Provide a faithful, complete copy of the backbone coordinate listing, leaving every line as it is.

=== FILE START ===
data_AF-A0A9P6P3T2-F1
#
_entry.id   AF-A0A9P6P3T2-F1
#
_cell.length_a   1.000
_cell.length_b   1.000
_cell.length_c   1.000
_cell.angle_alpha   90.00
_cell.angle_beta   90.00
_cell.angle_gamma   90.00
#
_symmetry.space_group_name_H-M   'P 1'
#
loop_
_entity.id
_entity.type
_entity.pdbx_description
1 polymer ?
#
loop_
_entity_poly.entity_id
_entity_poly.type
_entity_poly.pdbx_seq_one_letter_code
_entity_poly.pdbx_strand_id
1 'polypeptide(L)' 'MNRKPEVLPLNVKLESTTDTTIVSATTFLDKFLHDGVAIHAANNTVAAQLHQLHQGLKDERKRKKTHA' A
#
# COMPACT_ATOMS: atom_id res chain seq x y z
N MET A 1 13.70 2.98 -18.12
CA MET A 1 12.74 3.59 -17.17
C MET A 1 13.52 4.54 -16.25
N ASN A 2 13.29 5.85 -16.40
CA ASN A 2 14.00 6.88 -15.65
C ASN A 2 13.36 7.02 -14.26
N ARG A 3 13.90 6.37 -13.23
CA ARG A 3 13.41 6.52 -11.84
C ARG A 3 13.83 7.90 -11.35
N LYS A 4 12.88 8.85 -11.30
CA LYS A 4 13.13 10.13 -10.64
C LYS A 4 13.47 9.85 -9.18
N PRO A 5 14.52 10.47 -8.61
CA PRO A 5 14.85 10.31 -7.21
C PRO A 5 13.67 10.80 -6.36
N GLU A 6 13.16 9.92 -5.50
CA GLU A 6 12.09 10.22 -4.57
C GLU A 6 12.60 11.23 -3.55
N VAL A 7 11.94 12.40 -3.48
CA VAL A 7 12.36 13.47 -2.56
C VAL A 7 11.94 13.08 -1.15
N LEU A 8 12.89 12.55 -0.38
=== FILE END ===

data_AF-A0A9P6P3T2-F1
#
_entry.id   AF-A0A9P6P3T2-F1
#
_cell.length_a   1.000
_cell.length_b   1.000
_cell.length_c   1.000
_cell.angle_alpha   90.00
_cell.angle_beta   90.00
_cell.angle_gamma   90.00
#
_symmetry.space_group_name_H-M   'P 1'
#
loop_
_entity.id
_entity.type
_entity.pdbx_description
1 polymer ?
#
loop_
_entity_poly.entity_id
_entity_poly.type
_entity_poly.pdbx_seq_one_letter_code
_entity_poly.pdbx_strand_id
1 'polypeptide(L)' 'MNRKPEVLPLNVKLESTTDTTIVSATTFLDKFLHDGVAIHAANNTVAAQLHQLHQGLKDERKRKKTHA' A
#
# COMPACT_ATOMS: atom_id res chain seq x y z
N MET A 1 13.70 2.98 -18.12
CA MET A 1 12.74 3.59 -17.17
C MET A 1 13.52 4.54 -16.25
N ASN A 2 13.29 5.85 -16.40
CA ASN A 2 14.00 6.88 -15.65
C ASN A 2 13.36 7.02 -14.26
N ARG A 3 13.90 6.37 -13.23
CA ARG A 3 13.41 6.52 -11.84
C ARG A 3 13.83 7.90 -11.35
N LYS A 4 12.88 8.85 -11.30
CA LYS A 4 13.13 10.13 -10.64
C LYS A 4 13.47 9.85 -9.18
N PRO A 5 14.52 10.47 -8.61
CA PRO A 5 14.85 10.31 -7.21
C PRO A 5 13.67 10.80 -6.36
N GLU A 6 13.16 9.92 -5.50
CA GLU A 6 12.09 10.22 -4.57
C GLU A 6 12.60 11.23 -3.55
N VAL A 7 11.94 12.40 -3.48
CA VAL A 7 12.36 13.47 -2.56
C VAL A 7 11.94 13.08 -1.15
N LEU A 8 12.89 12.55 -0.38